However more was announced yesterday than simply raw dollars. Each resolved enforcement action provided to the FCPA compliance practitioner significant information on the most current DOJ thinking on what constitutes a best practice FCPA program. Each of the Deferred Prosecution Agreements released yesterday, included an Attachment C, a document entitled “Corporate Compliance Program”. Each Corporate Compliance Program was the same in all the DPAs announced yesterday. This same information was also attached to the Noble Non-Prosecution Agreement as “Attachment B”. Hence, this information is a valuable tool by which companies can assess if they need to adopt new or to modify their existing internal controls, policies, and procedures in order to ensure that their FCPA compliance program maintains: (a) a system of internal accounting controls designed to ensure that a Company makes and keeps fair and accurate books, records, and accounts; and (b) a rigorous anti-corruption compliance code, standards, and procedures designed to detect and deter violations of the FCP A and other applicable anti-corruption laws. It is noted that in the Preamble to each Corporate Compliance Program noted that these suggestions are the “minimum” which should be a part of a Company’s existing internal controls, policies, and procedures.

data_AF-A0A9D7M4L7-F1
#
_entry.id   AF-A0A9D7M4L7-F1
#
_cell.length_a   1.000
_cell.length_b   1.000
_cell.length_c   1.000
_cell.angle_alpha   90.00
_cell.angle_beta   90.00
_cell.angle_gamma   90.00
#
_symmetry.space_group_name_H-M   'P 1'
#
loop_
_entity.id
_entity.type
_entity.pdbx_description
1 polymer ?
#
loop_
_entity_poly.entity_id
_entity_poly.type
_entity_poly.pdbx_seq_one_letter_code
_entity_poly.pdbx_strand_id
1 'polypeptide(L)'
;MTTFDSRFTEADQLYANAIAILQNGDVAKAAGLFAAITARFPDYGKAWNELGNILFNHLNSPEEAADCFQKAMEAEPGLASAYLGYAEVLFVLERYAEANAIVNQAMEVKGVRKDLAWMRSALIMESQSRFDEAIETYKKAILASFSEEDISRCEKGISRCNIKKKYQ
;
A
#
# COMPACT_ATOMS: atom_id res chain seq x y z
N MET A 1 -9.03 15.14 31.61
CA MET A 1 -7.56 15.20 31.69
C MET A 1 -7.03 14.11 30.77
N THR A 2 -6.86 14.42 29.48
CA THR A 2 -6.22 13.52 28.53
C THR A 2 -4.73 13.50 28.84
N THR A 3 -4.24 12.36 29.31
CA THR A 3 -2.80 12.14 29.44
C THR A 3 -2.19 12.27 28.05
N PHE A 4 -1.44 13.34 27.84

7. RAE Systems, Inc.-Lessons learned-companies are fully liable for their joint ventures actions and that even with actual knowledge of FCPA violations, conduct during the DOJ investigation can result in a Non-Prosecution Agreement. However this liability need not lead to criminal sanctions as RAE received a letter of Non-Prosecution from the DOJ. The DOJ’s letter to the RAE CEO and its legal counsel declined to prosecute the company and its subsidiaries for its admitted “knowing” of violations of the internal controls and books and records provisions of the FCPA. The DOJ entered into this NPA based upon four listed factors, which were detailed as follows: (1) timely and voluntary disclosure; (2) the company’s thorough and “real-time” cooperation with the DOJ and SEC; (3) extensive remedial efforts undertaken by the company; and (4) RAE’s commitment to periodic monitoring and submission of these monitoring reports to the DOJ.